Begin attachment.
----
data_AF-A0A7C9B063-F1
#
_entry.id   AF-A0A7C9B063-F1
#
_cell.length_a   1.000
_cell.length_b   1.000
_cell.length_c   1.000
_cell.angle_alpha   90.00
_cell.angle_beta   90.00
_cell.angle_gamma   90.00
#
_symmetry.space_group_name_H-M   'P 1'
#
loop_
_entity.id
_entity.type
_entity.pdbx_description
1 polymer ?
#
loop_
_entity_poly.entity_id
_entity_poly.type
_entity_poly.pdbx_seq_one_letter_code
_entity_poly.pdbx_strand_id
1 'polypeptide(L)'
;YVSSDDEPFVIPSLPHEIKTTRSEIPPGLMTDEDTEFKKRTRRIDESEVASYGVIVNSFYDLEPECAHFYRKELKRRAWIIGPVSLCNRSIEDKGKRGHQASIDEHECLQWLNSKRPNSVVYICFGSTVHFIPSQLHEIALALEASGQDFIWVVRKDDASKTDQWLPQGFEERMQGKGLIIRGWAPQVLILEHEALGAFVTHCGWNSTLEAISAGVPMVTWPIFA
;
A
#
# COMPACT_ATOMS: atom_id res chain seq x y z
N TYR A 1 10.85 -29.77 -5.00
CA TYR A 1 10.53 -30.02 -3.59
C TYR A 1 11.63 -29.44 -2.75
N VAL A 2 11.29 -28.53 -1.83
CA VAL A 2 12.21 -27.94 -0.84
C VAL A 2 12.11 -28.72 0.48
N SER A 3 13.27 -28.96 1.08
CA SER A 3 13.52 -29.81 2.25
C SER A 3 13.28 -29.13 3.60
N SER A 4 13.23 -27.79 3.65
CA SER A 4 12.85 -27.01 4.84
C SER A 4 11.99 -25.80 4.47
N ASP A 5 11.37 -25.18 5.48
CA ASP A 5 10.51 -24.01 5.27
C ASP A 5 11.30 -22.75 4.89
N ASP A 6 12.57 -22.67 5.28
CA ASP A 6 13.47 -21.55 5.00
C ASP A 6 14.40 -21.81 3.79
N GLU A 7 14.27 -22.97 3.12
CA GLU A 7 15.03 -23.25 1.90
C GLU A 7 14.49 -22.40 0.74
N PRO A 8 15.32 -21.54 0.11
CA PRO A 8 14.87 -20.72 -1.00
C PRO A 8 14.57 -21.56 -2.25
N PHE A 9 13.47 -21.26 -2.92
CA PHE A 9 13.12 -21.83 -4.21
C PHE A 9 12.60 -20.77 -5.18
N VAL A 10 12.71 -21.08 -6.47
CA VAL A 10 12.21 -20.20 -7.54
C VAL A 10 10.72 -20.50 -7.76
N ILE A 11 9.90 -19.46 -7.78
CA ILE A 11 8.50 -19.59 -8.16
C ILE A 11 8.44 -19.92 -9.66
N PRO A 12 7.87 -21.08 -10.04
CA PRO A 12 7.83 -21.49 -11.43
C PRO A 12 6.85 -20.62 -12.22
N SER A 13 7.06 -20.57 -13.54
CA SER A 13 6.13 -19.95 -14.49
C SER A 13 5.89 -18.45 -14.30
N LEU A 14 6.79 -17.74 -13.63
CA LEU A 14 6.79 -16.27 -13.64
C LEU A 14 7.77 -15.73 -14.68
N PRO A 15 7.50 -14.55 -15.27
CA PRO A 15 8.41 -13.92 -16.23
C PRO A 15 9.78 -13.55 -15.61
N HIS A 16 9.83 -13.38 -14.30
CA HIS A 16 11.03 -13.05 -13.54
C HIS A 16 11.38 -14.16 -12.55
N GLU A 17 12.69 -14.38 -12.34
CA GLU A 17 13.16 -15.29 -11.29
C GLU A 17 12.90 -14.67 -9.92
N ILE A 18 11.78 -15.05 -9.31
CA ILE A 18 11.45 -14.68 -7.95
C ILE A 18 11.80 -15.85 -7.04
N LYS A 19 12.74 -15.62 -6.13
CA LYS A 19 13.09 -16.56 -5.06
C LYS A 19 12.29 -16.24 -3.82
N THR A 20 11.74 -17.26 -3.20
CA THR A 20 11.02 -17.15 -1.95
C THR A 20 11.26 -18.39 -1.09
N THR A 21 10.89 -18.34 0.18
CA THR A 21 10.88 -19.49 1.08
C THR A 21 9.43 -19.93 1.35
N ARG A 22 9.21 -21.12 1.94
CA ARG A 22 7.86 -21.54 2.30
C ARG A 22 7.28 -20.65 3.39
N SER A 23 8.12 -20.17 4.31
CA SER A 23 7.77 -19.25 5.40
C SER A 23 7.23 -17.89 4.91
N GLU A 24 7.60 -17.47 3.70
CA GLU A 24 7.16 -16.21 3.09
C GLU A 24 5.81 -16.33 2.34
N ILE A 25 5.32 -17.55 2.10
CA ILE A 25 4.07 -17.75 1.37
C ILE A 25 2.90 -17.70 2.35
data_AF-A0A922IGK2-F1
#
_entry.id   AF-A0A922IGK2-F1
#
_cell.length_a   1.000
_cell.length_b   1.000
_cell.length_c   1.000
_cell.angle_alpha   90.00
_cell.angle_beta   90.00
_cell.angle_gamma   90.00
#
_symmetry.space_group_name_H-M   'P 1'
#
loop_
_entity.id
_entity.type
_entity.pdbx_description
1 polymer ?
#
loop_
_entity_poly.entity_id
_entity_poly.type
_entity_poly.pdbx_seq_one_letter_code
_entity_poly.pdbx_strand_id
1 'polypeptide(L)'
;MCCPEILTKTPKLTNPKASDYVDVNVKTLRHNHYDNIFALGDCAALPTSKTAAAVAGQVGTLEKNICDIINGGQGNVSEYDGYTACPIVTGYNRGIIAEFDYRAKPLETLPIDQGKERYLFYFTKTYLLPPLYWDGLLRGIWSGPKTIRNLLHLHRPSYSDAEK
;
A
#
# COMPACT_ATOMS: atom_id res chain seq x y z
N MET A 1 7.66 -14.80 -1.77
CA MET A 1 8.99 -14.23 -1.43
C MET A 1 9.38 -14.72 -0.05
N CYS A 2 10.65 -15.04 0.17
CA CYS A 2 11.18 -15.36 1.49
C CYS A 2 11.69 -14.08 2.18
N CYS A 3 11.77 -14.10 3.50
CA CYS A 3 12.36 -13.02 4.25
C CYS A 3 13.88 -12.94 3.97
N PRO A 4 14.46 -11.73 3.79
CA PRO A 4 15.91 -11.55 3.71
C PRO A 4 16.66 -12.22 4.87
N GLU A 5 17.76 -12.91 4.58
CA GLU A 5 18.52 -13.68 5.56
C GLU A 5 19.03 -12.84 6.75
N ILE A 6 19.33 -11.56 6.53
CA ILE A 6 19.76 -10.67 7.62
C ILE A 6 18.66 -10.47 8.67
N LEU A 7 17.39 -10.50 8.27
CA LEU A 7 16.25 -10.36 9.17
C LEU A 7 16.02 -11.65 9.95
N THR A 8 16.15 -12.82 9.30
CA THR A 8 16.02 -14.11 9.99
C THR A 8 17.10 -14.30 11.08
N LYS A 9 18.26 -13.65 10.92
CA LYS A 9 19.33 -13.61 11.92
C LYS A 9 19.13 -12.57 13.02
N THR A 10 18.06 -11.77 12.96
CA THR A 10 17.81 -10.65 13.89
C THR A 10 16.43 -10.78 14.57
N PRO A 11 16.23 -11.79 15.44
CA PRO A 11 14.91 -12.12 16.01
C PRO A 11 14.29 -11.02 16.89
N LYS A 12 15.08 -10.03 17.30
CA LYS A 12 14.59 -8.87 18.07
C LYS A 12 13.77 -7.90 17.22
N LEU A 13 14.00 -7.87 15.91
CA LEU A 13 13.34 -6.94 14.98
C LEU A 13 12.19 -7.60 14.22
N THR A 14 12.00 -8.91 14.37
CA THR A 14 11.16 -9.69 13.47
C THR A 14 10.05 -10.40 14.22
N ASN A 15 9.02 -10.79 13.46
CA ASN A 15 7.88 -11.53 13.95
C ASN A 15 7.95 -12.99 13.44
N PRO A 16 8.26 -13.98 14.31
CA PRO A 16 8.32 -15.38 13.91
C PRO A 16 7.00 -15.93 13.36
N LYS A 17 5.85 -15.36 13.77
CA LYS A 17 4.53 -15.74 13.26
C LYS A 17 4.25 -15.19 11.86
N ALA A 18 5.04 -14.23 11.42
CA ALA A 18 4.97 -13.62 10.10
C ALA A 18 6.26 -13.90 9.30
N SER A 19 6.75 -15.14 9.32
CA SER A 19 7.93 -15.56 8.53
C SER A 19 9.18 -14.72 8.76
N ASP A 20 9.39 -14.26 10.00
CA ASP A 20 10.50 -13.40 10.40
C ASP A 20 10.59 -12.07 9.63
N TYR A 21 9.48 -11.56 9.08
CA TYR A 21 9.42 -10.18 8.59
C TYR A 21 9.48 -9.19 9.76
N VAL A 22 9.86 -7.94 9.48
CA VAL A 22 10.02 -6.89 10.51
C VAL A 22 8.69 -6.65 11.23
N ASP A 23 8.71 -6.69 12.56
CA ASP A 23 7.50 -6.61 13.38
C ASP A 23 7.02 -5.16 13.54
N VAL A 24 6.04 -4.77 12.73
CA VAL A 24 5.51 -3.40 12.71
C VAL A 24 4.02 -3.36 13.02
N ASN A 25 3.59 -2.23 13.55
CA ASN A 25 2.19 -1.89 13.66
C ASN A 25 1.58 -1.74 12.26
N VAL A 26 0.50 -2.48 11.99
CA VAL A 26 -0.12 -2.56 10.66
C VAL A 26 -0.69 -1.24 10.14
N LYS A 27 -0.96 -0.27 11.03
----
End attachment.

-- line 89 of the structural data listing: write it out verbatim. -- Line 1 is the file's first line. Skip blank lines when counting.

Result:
CA THR A 20 11.02 -17.15 -1.95